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From "Ted Dunning" <ted.dunn...@gmail.com>
Subject Re: Don't get it (Erlang)
Date Thu, 30 Oct 2008 21:11:00 GMT
Hannes,

I can't comment on the Erlang example, but in general with thrift, the
generated code defines an interface that you have to implement.

When you start the server, you pass your implementation of the functionality
to the server and it handles the RPC (using generated code).  Thus, I would
think that server.erl implements the server functions as you say while the
code in gen-erl is the server infrastructure that calls out to server.erl

This design is in contrast to systems that require you to edit the generated
code and has what I think are very clear advantages.

On Thu, Oct 30, 2008 at 2:05 PM, Hannes Baldursson <hannson@gmail.com>wrote:

> Hi all,
>
> I'm having some troubles with the Erlang generated code from Thrift. I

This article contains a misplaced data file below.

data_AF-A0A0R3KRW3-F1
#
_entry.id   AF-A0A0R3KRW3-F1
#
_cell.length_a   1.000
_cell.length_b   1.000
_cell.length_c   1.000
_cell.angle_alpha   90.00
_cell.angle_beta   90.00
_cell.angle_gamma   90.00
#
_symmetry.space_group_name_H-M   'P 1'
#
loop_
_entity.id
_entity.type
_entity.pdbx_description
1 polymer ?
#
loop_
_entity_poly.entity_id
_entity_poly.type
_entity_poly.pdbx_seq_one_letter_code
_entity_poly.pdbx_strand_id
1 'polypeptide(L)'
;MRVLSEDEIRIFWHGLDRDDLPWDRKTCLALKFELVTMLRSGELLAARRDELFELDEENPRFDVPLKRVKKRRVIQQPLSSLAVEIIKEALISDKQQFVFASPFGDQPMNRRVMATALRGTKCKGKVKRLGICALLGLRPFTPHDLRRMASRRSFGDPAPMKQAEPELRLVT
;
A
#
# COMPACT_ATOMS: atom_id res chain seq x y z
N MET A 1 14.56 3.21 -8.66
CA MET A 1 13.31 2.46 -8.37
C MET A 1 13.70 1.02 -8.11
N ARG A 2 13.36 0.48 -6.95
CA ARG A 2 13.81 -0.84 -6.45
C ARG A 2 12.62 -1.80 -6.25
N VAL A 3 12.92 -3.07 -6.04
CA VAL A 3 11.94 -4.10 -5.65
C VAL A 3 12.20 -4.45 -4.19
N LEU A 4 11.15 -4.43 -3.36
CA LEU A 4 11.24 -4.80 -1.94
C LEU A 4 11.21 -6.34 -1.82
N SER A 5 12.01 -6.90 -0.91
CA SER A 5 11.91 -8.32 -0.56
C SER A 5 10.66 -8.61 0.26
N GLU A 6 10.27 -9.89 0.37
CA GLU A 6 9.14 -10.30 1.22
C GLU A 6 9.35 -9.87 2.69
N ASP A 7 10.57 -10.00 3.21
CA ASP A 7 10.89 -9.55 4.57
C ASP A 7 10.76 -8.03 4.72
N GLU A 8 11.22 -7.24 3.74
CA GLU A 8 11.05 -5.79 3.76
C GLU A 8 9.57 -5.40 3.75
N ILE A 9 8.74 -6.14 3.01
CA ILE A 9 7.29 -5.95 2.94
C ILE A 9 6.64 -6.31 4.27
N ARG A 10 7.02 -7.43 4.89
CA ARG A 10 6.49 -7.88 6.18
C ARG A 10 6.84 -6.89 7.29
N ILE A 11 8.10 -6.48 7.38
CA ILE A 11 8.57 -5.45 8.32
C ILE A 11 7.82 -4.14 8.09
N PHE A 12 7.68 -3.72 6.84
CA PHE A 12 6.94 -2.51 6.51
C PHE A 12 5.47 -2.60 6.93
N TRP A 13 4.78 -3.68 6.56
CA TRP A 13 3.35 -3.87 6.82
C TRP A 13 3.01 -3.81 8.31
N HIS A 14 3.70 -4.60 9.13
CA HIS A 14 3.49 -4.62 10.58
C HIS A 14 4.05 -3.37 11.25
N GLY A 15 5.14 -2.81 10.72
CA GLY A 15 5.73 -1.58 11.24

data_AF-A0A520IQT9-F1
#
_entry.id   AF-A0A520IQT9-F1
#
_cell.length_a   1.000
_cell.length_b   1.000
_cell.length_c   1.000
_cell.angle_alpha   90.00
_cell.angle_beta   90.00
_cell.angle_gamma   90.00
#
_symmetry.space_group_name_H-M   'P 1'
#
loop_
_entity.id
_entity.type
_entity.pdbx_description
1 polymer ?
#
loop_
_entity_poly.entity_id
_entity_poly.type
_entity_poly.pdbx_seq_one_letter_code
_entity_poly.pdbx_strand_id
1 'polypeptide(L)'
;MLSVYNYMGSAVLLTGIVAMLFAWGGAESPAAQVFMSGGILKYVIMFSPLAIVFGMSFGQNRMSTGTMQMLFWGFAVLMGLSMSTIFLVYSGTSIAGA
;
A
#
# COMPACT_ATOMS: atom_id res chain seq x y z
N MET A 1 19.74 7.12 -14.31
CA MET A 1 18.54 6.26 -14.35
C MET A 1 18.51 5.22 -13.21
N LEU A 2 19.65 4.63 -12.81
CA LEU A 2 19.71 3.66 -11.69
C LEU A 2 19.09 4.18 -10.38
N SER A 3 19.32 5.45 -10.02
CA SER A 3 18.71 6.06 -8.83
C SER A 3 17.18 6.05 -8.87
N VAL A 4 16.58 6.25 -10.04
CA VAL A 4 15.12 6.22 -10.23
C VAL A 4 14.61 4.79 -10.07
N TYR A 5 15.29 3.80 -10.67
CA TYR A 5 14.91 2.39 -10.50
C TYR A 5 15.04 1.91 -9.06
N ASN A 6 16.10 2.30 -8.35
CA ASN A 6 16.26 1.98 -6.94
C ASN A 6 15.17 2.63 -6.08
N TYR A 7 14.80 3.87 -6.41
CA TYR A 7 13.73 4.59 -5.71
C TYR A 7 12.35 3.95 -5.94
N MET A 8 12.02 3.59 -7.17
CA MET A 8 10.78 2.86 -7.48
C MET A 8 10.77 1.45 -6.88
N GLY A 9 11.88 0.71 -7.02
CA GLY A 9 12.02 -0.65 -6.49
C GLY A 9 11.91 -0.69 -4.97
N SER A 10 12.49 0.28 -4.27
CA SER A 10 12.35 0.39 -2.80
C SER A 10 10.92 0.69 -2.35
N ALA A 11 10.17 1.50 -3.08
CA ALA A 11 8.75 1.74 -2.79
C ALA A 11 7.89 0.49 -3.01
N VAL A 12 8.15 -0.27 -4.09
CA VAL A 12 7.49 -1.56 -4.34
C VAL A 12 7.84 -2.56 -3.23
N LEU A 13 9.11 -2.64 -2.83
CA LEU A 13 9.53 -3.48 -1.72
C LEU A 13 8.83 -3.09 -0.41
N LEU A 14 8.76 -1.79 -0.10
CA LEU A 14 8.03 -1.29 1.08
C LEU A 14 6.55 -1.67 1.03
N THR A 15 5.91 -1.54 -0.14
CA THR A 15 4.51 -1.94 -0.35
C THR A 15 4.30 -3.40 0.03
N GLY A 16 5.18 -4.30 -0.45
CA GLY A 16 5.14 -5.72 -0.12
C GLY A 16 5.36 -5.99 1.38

> might
> add that I'm a newbie in using Thrift and got minimal knowledge about
> Erlang
> but I'm fairly experienced in programming.
>
> I've been looking at the tutorial where in one directory "tutorial/erl/"
> there are files called "server.erl" and "server.sh" that seem to be an
> implementation of the RPC functions. Am I missing something or doesn't
> Thrift generate server stubs based on my definition file?
>
> All the generated files I see are in the gen-erl and I can't see that any
> one of them do what server.erl does... am I missing something or do I have
> to hand code the "server.erl" file
>
> btw, I will make sure to add your points into the wiki page
>
> Thanks in advance,
> Hannes Baldursson
>



-- 
ted

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